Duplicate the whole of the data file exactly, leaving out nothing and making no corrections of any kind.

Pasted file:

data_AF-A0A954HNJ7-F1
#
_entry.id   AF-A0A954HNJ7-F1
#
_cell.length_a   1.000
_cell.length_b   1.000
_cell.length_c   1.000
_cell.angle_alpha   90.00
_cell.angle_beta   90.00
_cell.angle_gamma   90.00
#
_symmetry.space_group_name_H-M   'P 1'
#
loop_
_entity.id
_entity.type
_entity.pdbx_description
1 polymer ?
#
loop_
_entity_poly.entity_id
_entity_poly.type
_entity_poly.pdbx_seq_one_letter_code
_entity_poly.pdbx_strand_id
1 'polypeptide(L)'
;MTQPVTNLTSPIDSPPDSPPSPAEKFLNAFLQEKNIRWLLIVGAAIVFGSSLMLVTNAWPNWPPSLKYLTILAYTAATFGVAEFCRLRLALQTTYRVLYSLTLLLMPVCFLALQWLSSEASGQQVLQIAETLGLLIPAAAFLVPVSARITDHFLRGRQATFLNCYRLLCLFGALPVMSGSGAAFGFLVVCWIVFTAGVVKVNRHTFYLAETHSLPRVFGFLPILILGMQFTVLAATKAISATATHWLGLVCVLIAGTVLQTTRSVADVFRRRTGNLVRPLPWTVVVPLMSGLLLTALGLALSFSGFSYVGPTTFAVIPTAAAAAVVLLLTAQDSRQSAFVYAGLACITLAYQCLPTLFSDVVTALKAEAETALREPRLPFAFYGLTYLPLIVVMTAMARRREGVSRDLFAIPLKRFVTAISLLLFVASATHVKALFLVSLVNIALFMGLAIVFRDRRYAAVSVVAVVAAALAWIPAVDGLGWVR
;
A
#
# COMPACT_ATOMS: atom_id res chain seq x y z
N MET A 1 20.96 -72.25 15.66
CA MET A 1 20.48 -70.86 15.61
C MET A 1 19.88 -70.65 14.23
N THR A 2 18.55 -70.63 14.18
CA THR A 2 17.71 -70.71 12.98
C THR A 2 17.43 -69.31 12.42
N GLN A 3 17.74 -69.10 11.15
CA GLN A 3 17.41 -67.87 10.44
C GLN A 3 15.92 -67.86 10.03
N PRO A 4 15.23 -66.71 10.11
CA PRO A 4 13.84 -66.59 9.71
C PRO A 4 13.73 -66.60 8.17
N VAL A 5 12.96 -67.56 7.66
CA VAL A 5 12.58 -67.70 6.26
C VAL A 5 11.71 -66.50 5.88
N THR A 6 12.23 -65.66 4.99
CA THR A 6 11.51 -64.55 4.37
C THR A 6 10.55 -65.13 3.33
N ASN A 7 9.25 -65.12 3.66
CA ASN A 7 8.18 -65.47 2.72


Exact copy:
data_AF-A0A954HNJ7-F1
#
_entry.id   AF-A0A954HNJ7-F1
#
_cell.length_a   1.000
_cell.length_b   1.000
_cell.length_c   1.000
_cell.angle_alpha   90.00
_cell.angle_beta   90.00
_cell.angle_gamma   90.00
#
_symmetry.space_group_name_H-M   'P 1'
#
loop_
_entity.id
_entity.type
_entity.pdbx_description
1 polymer ?
#
loop_
_entity_poly.entity_id
_entity_poly.type
_entity_poly.pdbx_seq_one_letter_code
_entity_poly.pdbx_strand_id
1 'polypeptide(L)'
;MTQPVTNLTSPIDSPPDSPPSPAEKFLNAFLQEKNIRWLLIVGAAIVFGSSLMLVTNAWPNWPPSLKYLTILAYTAATFGVAEFCRLRLALQTTYRVLYSLTLLLMPVCFLALQWLSSEASGQQVLQIAETLGLLIPAAAFLVPVSARITDHFLRGRQATFLNCYRLLCLFGALPVMSGSGAAFGFLVVCWIVFTAGVVKVNRHTFYLAETHSLPRVFGFLPILILGMQFTVLAATKAISATATHWLGLVCVLIAGTVLQTTRSVADVFRRRTGNLVRPLPWTVVVPLMSGLLLTALGLALSFSGFSYVGPTTFAVIPTAAAAAVVLLLTAQDSRQSAFVYAGLACITLAYQCLPTLFSDVVTALKAEAETALREPRLPFAFYGLTYLPLIVVMTAMARRREGVSRDLFAIPLKRFVTAISLLLFVASATHVKALFLVSLVNIALFMGLAIVFRDRRYAAVSVVAVVAAALAWIPAVDGLGWVR
;
A
#
# COMPACT_ATOMS: atom_id res chain seq x y z
N MET A 1 20.96 -72.25 15.66
CA MET A 1 20.48 -70.86 15.61
C MET A 1 19.88 -70.65 14.23
N THR A 2 18.55 -70.63 14.18
CA THR A 2 17.71 -70.71 12.98
C THR A 2 17.43 -69.31 12.42
N GLN A 3 17.74 -69.10 11.15
CA GLN A 3 17.41 -67.87 10.44
C GLN A 3 15.92 -67.86 10.03
N PRO A 4 15.23 -66.71 10.11
CA PRO A 4 13.84 -66.59 9.71
C PRO A 4 13.73 -66.60 8.17
N VAL A 5 12.96 -67.56 7.66
CA VAL A 5 12.58 -67.70 6.26
C VAL A 5 11.71 -66.50 5.88
N THR A 6 12.23 -65.66 4.99
CA THR A 6 11.51 -64.55 4.37
C THR A 6 10.55 -65.13 3.33
N ASN A 7 9.25 -65.12 3.66
CA ASN A 7 8.18 -65.47 2.72